• “Substantial resettlement of the Israeli civilian population in occupied territories, including East Jerusalem, is illegal under the convention and cannot be considered to have prejudged the outcome of future negotiations between the parties...” wrote William Scranton, U.S. Ambassador to the U.N. under the Nixon administration, in 1967.
• “Our position on the settlements is very clear. We do not think they are legal,” said President Jimmy Carter in a 1980 interview.
• In President Ronald Reagan’s view, Israeli settlement was not illegal, but merely “ill-advised” and “unnecessarily provocative.”
• President George H.W. Bush said, in 1990, “My position is that the foreign policy of the U.S. says we do not believe there should be new settlements in the West Bank or in East Jerusalem.”
• President Bill Clinton, in a farewell address to the Middle East in 2001, said “The Israeli people also must understand that . . . the settlement enterprise and building bypass roads in the heart of what they already know will one day be part of a Palestinian state is inconsistent with the Oslo commitment.”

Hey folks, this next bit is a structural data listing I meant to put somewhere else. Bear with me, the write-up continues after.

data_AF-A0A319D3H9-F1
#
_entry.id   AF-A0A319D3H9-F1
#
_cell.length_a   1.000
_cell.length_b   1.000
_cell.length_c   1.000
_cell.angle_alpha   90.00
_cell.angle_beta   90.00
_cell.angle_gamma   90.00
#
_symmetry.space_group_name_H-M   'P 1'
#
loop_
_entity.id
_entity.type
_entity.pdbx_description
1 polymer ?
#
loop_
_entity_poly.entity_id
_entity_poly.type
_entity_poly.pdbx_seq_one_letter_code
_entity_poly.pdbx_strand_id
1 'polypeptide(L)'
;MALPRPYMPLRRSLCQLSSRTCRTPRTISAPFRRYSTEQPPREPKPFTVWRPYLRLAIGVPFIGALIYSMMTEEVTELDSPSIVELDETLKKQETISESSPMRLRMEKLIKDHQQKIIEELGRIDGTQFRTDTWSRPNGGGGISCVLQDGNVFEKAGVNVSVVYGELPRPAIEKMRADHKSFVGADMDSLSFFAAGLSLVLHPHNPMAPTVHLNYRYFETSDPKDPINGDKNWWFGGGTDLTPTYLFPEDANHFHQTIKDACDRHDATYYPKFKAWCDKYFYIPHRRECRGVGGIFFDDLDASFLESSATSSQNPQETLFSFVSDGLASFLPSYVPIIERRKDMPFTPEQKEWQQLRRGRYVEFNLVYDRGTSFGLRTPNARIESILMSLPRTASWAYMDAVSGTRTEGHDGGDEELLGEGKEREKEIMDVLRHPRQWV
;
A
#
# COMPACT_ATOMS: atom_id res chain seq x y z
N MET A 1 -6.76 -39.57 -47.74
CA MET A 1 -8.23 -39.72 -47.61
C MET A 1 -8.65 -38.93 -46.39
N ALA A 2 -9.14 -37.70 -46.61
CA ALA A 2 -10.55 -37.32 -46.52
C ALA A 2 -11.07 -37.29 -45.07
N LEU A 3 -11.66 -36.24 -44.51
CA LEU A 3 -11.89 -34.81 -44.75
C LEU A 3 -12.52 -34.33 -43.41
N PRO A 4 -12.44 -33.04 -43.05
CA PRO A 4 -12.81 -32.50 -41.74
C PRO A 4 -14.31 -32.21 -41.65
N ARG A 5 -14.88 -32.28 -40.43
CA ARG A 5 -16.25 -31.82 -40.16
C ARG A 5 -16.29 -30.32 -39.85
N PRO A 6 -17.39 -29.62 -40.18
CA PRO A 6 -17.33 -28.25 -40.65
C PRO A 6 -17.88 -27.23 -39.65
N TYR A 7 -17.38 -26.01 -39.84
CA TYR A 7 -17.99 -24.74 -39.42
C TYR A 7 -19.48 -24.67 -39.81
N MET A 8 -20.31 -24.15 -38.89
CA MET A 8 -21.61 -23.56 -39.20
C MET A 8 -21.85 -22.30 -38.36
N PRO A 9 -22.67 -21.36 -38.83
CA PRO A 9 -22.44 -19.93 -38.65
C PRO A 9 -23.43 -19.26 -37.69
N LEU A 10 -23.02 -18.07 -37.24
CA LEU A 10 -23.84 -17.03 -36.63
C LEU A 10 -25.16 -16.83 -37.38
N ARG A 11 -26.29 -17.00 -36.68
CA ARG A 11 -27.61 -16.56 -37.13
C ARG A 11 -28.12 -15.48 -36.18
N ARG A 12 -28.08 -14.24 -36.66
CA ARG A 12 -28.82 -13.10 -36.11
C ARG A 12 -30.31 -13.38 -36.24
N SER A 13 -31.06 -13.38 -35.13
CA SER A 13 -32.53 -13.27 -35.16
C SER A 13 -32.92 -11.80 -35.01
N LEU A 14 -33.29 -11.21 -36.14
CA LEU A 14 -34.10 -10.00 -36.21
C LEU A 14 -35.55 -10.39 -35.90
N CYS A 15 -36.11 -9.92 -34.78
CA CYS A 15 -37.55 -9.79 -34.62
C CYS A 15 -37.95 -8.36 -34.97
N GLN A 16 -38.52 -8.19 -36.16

• President George W. Bush said, in 2002, that “consistent with the Mitchell plan, Israeli settlement activity in occupied territories must stop, and the occupation must end...consistent with U.N. Resolutions.”
• Speaking for the Obama administration, Ambassador Susan Rice said, in 2011, "We reject in the strongest terms the legitimacy of continued Israeli settlement activity. For more than four decades, Israeli settlement activity...has undermined Israel’s security and corroded hopes for peace and stability."
Israel's continued settlement construction has undermined all attempts for lasting peace.
Following the Dec. 23, 2016, U.N. Security Council vote on a resolution to end Israeli settlements in Palestinian territories,
Secretary of State John Kerry said, “Some seem to believe...the U.S. must accept any policy, regardless of our own interests, our own positions, our own words, our own principles — even after urging again and again that the policy must change.